We took a lot of lessons from Loose Buttons and applied them to Exact Media. We used to hire young, very young, straight out of school or co-op students. One of the things about young talent is they have great energy and hustle. What they lack is experience and nothing replaces experience.

[pullquote]We believe in hiring one fantastic person over a bunch of mediocre ones. One fantastic person equals three or four good people.[/pullquote]

Learning from that, we built a combination of fantastically experienced individuals with some of the young hustlers. Today, we have a brand strategy team made up of former consumer package goods talent. So we have a number of ex-brand managers from P&G, Johnson and Johnson and General Mills. The other side of our business is the network or retail side. Again, drawing on experience, we hired people who used to work for or with places like Kroger or Target – people who really understand the retail side.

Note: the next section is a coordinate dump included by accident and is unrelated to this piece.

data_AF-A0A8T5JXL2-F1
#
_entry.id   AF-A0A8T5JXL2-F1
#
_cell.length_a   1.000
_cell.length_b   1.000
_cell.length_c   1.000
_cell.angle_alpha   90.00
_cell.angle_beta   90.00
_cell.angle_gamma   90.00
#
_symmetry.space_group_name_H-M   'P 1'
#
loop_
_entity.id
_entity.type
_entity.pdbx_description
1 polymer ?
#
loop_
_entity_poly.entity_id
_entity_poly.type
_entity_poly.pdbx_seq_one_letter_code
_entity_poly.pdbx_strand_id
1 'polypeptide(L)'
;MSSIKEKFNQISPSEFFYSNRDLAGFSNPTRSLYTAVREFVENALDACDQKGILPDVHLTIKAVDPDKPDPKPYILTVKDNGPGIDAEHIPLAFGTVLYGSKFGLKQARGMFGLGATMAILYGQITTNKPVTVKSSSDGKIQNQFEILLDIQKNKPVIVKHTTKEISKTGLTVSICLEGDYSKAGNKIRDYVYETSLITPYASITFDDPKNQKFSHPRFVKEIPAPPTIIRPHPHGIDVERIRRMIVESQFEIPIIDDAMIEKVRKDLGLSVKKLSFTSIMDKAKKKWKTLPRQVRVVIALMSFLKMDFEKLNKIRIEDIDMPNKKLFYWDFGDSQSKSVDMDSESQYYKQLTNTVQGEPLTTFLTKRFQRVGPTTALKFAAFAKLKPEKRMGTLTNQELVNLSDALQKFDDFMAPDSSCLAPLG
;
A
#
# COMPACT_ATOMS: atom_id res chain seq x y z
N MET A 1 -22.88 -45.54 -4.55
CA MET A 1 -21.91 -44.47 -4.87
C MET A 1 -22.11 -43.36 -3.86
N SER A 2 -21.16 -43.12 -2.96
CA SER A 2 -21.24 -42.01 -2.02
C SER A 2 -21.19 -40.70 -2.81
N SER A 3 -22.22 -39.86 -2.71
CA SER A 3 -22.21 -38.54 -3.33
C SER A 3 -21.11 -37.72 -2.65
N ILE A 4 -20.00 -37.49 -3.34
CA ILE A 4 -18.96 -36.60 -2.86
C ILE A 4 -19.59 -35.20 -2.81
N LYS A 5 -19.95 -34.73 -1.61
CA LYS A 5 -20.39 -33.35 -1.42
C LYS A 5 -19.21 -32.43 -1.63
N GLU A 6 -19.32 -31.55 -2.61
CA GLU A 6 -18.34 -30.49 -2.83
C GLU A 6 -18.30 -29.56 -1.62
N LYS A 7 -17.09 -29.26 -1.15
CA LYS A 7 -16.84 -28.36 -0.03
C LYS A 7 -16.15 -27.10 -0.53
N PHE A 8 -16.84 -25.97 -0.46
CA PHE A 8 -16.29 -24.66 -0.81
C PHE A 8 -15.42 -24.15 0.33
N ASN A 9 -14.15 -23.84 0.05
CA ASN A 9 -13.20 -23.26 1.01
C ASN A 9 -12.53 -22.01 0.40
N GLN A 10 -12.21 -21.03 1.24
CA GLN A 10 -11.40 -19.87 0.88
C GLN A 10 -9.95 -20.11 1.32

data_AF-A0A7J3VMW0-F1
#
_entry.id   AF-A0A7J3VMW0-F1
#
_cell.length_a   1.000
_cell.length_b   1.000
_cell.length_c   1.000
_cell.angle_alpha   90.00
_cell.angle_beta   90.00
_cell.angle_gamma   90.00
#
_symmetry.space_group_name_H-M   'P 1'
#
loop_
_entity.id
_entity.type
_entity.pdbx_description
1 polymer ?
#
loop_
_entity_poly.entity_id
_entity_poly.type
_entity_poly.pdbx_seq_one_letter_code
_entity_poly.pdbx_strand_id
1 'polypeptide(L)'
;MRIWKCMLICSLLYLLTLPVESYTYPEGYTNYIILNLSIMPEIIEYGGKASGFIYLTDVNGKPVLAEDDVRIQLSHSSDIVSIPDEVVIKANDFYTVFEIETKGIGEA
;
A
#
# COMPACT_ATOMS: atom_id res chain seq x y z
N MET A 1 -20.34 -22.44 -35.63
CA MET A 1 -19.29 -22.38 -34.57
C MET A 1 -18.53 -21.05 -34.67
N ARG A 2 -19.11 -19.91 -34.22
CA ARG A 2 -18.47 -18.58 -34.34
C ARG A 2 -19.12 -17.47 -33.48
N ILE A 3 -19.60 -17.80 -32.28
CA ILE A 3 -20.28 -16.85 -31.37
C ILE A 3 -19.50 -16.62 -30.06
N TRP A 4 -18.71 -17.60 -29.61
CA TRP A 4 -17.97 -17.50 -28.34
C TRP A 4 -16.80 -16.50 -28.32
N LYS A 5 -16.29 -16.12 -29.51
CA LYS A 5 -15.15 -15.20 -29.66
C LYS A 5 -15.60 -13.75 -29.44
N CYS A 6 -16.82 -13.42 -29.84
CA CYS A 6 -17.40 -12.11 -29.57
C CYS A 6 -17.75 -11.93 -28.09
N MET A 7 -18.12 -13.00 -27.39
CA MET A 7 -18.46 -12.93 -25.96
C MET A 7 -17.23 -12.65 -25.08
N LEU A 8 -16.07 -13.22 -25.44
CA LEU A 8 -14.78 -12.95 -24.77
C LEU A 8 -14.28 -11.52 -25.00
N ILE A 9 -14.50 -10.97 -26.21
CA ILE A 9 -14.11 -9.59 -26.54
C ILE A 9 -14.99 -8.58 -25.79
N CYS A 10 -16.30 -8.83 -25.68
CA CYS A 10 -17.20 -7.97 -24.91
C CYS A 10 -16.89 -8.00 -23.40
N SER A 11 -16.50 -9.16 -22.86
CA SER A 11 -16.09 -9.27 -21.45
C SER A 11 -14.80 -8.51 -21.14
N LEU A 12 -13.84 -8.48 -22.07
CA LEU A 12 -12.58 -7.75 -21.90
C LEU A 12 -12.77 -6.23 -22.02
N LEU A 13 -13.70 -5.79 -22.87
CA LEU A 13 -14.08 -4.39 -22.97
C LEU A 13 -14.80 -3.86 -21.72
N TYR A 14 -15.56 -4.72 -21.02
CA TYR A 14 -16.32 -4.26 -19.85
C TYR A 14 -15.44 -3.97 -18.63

Essentially we’re looking for people who have been on the other side of the table and who have experience but at the same time still have a very entrepreneurial mindset. We’re just looking for people who have been able to build success in past experiences. People who excel and have been a top performer at a great company.

CF: If I’m a top performer at P&G or L’Oreal, what is going to entice me join Exact Media?

RC: There will always be a bucket of people who remain in the world of Unilever, L’Oreal or P&G. The people we attract are a subset of those people in large organizations who always stood out in a different way. They like experimentation, they like breaking things, they like trying new things and they’re not afraid to try new things.